Null h values (zero percentiles) corresponded to the last position of a supposed set of discrete and ordered values of 100 h. Values between the 98.5 and 99.49 percentiles indicated first place (both extreme values were rounded to 99 and 100-99=1), and percentiles beyond 99.49 were rounded to zero and considered hors concours - very rare occurrences of 0.5% or less. This statistically suggests a strange element in the set, albeit in the sense of positively highlighting the high performance. The second place corresponded to the percentile values between 97.5 and 98.49 (rounded to 98) and so on. We obtained different order positions among authors in a given set that would reduce the total number of authors to 100. This strategy seeks to balance the hierarchy of exceptional authors and authors with h = 1, providing a distance between authors and last place, as such a position should be reserved for those who do not have any cited articles.
The h-index of 934 authors dispersed over the region, HEI and program are described in Table 1.
Figures 2 and 3 show that the southeastern (SE) and northeastern (NE) regions have more programs and professors: we found an average of 35 professors per program in the SE and 22 in the NE regions. The southern (S) region, although having a smaller number of programs and professors, showed an average of professors per program (15/program) that was more similar to the NW than to the SE. There is only one program with 21 authors in the central-western (CW) region. In the northern (N) region, there is a master's degree program in Collective Health at the Federal University of Acre (approved by the National Board of Education [CNE], Ministry of Education and Culture [MEC] ordinance 458, DOU 04-11-2008 - Endorsed CES/CNE 28/2008, 04-10-2008), but there is no "book of indicators" that allows the identification of authors.
In Table 2, we recorded the results of the analysis of the h-index distribution by region and for the country as a whole. For all regions, we reached a satisfactory adjustment to the exponential probability density function with parameter λ and with statistical significance. For the function adjustment to the data of each region, repeated records of authors from more than one program were ignored. The first line of Table 2 reports the number of authors' records contributed by each region.
The S and SE regions have the lowest proportion of h-indices equaling zero. However, the SE region has a definite shortcoming, having the greatest rate of decline (28% on average for every unit increase in the value of h). A greater rate of decline indicates a larger drop of probability density from h=0 and, consequently, a reduction of the probability of occurrence of higher values of h. Thus, if h=19 places the author at rank 1 in the SE region, this position would require h=14 in the S region.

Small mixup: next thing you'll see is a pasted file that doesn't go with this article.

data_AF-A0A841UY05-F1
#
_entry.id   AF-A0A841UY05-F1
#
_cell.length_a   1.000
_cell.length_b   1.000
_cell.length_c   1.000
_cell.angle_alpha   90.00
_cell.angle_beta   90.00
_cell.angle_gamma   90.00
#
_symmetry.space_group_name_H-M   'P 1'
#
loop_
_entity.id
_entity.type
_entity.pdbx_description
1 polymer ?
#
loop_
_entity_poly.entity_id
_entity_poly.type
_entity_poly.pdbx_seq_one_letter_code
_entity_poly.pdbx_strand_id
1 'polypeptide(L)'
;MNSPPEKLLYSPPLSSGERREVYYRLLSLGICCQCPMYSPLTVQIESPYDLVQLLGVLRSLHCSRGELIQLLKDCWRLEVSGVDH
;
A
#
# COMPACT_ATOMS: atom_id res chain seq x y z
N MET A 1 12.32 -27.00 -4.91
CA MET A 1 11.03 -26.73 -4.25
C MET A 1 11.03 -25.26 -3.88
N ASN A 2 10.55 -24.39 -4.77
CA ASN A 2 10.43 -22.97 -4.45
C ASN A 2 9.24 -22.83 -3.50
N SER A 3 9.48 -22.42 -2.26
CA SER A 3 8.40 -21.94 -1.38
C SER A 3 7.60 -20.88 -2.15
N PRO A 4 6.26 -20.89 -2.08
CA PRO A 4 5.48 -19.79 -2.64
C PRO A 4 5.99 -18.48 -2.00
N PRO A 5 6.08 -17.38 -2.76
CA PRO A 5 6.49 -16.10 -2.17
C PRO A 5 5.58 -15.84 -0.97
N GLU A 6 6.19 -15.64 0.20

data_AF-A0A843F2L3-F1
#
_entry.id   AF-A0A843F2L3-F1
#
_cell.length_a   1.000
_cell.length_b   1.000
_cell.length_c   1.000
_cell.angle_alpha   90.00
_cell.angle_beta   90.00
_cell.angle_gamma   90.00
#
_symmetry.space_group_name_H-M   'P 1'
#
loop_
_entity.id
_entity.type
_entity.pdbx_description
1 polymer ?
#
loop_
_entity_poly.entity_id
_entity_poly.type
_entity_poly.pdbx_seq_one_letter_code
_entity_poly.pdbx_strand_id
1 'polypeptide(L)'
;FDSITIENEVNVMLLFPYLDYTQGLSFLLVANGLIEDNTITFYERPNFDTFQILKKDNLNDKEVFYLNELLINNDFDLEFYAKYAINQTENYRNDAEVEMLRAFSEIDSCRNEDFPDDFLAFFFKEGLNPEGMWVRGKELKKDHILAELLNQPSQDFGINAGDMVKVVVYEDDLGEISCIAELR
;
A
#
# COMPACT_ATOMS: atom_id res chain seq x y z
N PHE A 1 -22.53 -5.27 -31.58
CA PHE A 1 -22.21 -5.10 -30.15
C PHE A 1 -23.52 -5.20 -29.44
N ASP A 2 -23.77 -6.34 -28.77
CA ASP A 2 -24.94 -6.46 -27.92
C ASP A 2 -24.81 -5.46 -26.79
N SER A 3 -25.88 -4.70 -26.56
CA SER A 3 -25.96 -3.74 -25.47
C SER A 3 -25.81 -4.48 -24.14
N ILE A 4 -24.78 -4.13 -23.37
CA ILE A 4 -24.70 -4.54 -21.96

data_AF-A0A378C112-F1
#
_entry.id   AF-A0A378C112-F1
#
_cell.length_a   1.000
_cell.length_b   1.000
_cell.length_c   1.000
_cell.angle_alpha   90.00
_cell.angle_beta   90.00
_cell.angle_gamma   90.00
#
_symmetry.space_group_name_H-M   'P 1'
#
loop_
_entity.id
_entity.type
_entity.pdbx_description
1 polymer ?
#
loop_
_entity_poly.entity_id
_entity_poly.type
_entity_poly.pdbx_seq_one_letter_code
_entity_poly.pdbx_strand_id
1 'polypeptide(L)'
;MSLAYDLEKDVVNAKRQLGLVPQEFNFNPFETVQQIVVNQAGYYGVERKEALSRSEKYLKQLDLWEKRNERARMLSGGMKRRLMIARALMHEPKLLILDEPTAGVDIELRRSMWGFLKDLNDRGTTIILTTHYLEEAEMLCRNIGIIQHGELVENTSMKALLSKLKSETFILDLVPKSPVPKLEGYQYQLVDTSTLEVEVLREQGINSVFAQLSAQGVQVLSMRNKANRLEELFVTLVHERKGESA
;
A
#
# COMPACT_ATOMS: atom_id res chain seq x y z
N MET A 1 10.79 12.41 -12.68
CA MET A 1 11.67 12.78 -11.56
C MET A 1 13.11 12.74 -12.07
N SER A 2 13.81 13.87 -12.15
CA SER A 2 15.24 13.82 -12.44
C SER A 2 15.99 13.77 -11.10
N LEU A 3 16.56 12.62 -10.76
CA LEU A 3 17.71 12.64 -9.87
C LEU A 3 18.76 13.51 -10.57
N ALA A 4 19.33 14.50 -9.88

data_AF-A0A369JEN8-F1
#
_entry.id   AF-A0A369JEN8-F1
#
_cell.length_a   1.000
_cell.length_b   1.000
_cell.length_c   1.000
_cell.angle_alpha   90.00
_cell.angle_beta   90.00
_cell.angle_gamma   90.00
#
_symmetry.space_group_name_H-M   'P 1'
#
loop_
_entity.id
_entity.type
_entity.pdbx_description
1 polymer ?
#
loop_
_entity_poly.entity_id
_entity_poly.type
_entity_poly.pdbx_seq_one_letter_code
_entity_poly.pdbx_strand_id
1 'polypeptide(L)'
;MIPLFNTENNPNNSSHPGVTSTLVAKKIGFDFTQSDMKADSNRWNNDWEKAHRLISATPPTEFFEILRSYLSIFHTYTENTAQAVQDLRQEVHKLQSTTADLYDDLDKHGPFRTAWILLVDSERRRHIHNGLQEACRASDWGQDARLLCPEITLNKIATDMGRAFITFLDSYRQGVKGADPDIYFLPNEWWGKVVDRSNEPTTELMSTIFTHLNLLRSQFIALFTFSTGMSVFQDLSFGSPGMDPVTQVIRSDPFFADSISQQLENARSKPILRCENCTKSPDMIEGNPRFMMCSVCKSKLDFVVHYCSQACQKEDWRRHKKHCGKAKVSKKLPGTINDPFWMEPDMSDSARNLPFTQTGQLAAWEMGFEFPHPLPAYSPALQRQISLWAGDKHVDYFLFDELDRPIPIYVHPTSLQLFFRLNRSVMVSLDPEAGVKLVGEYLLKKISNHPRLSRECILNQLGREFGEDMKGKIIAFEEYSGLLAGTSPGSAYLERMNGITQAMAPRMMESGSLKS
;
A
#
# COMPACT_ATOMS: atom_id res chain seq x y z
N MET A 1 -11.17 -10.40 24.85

After adjusting the exponential probability density function, the regions of greatest similarity are the SE and NE regions: their λ parameters of the density function are similar, with a large overlapping of confidence intervals. As a corollary, their means and medians are similar, as are the hierarchy positions for a given h for these two regions.
The hierarchy function in each region (Table 2) aids in the assessment of the position in a given region and for a particular value of h. For example, for h-index = 10 for a hypothetical author in the SE region, we have the following calculation:
rank1100H"(100e -0,28.10) = 6.
This means that if there were 100 authors in Collective Health in the SE region, this specific author would be ranked sixth. In this region, h=10 corresponds to the 93.92 percentile, whose complement 6.08 yields 6 when rounded. In the CW region, whose average h-index is 2, h=10 corresponds to the first place tied with the authors with h=9 (in both cases, the rank function yields 1 as the result). In the NE region, this author would be in fifth place, and in the S region, this author would be in eleventh place. Again, there are similarities between the SE and NE regions.
In previous studies,11 more similarities between the NE and S regions were found. These regions registered the highest annual growth rates of publications and citations, less dispersion of research interests (i.e., the highest values of the Shannon E-index), a higher proportion of authors cited and a greater engagement in the fields of Experimental and Clinical Medicine. These apparently paradoxical results may be explained based on changes in WoS in 2007 and 2008 (the years separating both studies) in which, seeking to respond to the competition established by Scopus, WoS more than doubled the number of Brazilian journals indexed, with a consequent sudden increase in production records and citations.b The earlier study covered WoS records until December 2005, at which time it indexed 26 Brazilian journals. In 2007, that number rose to 63, and in 2008, it reached its current value of 103.9 WoS also started to record conference proceedings, which should have also extended the recognition of Brazilian scientific production.
However, the dominance of the NE region among the other regions of Brazil is remarkable. The Ministry of Science and Technology has been developing partnerships with research foundations to promote the decentralization of national scientific production, with increased investments in scholarships for states in the N, NE and CW regions. Since it was created in 2003, the Regional Scientific Development Grant (Bolsa de Desenvolvimento Científico Regional) has aimed at attracting and retaining doctors from deprived areas of the country. In 2007, the Brazilian government implemented the law 11.540/2007, which regulates the National Fund for Scientific and Technological Development. According to this law, at least 40% the total funds allocated to the Ministry of Science and Technology will be applied to programs promoting the qualification and the scientific and technological development of the N and NE regions, including their areas of regional development agency coverage. Initiatives such as this can explain the scientific distinction in Collective Health reached by the NE region.